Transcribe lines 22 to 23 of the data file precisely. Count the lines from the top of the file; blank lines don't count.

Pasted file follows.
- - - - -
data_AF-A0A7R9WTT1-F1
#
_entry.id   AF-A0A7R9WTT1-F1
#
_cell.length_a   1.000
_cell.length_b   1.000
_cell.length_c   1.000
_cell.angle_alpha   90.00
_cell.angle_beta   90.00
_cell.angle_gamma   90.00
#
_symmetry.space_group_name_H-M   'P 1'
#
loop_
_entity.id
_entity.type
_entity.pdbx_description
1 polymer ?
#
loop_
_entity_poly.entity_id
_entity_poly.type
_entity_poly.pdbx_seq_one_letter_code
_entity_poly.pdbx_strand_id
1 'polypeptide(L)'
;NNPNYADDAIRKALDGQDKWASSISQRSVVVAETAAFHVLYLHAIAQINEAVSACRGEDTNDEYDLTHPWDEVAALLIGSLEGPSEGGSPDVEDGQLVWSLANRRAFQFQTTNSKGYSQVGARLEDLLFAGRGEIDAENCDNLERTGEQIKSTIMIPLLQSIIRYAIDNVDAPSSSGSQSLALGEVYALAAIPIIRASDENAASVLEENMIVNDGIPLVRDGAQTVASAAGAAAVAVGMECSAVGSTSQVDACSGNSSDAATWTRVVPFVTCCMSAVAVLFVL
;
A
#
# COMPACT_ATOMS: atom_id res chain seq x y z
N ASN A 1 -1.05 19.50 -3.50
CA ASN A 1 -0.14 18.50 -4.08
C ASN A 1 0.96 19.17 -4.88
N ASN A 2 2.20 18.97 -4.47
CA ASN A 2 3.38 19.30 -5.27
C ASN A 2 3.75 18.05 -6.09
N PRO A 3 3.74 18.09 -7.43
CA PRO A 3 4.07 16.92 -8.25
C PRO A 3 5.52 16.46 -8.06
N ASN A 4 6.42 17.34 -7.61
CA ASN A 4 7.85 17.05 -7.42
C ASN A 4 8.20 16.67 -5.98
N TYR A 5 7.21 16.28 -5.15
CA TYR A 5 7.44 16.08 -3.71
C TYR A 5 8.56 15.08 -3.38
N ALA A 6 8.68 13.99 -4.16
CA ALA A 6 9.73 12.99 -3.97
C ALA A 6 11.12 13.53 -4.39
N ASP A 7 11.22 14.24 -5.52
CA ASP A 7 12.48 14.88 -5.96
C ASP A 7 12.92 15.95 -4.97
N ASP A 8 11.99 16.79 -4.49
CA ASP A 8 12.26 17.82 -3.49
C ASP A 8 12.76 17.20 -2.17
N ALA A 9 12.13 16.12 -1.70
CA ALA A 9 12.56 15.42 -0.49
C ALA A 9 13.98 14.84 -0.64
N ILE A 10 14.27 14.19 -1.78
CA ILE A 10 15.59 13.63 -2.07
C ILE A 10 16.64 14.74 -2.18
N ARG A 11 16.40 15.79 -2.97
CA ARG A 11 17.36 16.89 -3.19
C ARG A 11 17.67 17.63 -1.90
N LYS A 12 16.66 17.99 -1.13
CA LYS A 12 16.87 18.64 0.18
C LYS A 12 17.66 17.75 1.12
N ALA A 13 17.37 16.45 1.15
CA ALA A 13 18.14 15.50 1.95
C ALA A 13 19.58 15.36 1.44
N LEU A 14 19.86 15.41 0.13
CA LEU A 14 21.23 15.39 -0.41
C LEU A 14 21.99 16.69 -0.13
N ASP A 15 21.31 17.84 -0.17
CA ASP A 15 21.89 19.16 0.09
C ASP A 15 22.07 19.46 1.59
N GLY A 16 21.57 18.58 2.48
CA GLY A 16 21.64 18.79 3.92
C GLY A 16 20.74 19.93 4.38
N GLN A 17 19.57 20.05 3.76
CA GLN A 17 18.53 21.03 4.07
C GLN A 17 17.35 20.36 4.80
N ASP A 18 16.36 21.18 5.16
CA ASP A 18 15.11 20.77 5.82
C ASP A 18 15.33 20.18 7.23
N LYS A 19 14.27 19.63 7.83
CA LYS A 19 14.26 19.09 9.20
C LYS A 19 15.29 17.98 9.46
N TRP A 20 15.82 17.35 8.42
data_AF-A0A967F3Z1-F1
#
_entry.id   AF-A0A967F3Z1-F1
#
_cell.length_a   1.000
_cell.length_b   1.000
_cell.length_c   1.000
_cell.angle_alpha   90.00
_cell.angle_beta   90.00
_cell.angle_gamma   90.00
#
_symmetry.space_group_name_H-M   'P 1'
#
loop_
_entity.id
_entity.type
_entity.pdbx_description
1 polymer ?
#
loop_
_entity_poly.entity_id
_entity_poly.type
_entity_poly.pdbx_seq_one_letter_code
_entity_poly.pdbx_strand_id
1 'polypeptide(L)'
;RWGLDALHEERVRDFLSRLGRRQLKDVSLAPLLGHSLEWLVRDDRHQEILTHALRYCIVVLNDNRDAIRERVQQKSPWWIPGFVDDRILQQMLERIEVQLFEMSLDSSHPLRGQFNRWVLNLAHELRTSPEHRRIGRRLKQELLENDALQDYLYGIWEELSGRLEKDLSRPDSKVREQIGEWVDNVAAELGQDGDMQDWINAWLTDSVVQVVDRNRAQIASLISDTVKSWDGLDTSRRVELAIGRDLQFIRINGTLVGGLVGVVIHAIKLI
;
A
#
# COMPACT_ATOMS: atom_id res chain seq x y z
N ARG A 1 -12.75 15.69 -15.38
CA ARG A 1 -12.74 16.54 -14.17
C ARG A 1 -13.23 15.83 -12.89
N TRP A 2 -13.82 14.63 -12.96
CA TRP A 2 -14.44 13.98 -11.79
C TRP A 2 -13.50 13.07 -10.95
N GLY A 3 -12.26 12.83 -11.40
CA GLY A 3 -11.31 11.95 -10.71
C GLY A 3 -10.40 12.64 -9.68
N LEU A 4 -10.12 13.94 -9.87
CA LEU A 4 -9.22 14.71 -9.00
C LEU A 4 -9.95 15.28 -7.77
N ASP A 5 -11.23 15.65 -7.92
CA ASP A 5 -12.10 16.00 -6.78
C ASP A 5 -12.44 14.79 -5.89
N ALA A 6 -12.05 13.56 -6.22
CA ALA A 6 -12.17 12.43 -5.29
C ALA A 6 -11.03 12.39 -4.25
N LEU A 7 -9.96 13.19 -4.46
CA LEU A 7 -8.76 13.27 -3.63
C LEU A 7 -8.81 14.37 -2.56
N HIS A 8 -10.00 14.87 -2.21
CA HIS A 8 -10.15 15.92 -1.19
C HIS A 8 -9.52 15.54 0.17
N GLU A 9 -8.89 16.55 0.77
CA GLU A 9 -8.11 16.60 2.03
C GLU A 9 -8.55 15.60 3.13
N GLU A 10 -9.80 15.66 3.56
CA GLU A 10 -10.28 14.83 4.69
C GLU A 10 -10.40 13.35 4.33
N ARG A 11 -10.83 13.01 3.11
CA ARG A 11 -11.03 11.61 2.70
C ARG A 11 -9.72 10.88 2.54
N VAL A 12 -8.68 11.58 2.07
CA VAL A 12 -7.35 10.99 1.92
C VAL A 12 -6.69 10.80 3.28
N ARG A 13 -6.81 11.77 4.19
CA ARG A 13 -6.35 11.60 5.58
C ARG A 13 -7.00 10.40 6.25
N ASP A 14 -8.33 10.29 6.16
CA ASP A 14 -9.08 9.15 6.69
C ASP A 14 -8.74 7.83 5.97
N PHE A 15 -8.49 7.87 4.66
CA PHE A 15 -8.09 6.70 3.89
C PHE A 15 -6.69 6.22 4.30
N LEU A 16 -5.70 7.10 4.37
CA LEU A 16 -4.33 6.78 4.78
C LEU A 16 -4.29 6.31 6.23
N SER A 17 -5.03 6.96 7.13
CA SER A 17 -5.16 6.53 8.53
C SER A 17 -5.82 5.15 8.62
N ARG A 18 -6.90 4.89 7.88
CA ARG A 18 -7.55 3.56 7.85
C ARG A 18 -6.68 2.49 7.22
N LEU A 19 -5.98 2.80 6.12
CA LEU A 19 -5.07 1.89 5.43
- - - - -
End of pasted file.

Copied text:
_entity_poly.type
_entity_poly.pdbx_seq_one_letter_code